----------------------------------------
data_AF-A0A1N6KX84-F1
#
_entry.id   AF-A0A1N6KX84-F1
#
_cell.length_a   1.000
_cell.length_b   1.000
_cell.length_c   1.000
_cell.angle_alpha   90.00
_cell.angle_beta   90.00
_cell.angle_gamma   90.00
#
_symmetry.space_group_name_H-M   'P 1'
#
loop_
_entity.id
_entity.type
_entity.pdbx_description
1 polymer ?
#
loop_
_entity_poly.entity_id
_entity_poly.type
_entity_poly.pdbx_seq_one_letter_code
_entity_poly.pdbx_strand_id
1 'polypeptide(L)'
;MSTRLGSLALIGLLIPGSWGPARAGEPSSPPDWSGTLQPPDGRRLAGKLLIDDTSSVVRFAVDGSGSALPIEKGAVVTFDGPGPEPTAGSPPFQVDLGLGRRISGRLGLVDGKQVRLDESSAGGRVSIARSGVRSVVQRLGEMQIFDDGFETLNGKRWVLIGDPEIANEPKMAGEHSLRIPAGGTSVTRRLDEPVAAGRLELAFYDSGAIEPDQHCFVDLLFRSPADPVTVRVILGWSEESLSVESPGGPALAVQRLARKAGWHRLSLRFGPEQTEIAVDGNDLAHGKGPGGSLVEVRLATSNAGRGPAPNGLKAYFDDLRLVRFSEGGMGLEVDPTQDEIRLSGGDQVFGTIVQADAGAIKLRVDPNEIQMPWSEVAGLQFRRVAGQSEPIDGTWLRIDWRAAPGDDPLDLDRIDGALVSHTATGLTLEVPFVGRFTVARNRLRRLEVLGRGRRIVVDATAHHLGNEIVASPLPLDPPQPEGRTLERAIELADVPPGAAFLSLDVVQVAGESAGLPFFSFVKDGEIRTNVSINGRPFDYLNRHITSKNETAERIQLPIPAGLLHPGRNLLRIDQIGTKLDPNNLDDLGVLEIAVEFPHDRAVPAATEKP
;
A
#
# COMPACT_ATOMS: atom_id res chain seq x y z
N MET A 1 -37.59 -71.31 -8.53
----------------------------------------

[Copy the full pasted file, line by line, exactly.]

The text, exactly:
data_AF-A0A1N6KX84-F1
#
_entry.id   AF-A0A1N6KX84-F1
#
_cell.length_a   1.000
_cell.length_b   1.000
_cell.length_c   1.000
_cell.angle_alpha   90.00
_cell.angle_beta   90.00
_cell.angle_gamma   90.00
#
_symmetry.space_group_name_H-M   'P 1'
#
loop_
_entity.id
_entity.type
_entity.pdbx_description
1 polymer ?
#
loop_
_entity_poly.entity_id
_entity_poly.type
_entity_poly.pdbx_seq_one_letter_code
_entity_poly.pdbx_strand_id
1 'polypeptide(L)'
;MSTRLGSLALIGLLIPGSWGPARAGEPSSPPDWSGTLQPPDGRRLAGKLLIDDTSSVVRFAVDGSGSALPIEKGAVVTFDGPGPEPTAGSPPFQVDLGLGRRISGRLGLVDGKQVRLDESSAGGRVSIARSGVRSVVQRLGEMQIFDDGFETLNGKRWVLIGDPEIANEPKMAGEHSLRIPAGGTSVTRRLDEPVAAGRLELAFYDSGAIEPDQHCFVDLLFRSPADPVTVRVILGWSEESLSVESPGGPALAVQRLARKAGWHRLSLRFGPEQTEIAVDGNDLAHGKGPGGSLVEVRLATSNAGRGPAPNGLKAYFDDLRLVRFSEGGMGLEVDPTQDEIRLSGGDQVFGTIVQADAGAIKLRVDPNEIQMPWSEVAGLQFRRVAGQSEPIDGTWLRIDWRAAPGDDPLDLDRIDGALVSHTATGLTLEVPFVGRFTVARNRLRRLEVLGRGRRIVVDATAHHLGNEIVASPLPLDPPQPEGRTLERAIELADVPPGAAFLSLDVVQVAGESAGLPFFSFVKDGEIRTNVSINGRPFDYLNRHITSKNETAERIQLPIPAGLLHPGRNLLRIDQIGTKLDPNNLDDLGVLEIAVEFPHDRAVPAATEKP
;
A
#
# COMPACT_ATOMS: atom_id res chain seq x y z
N MET A 1 -37.59 -71.31 -8.53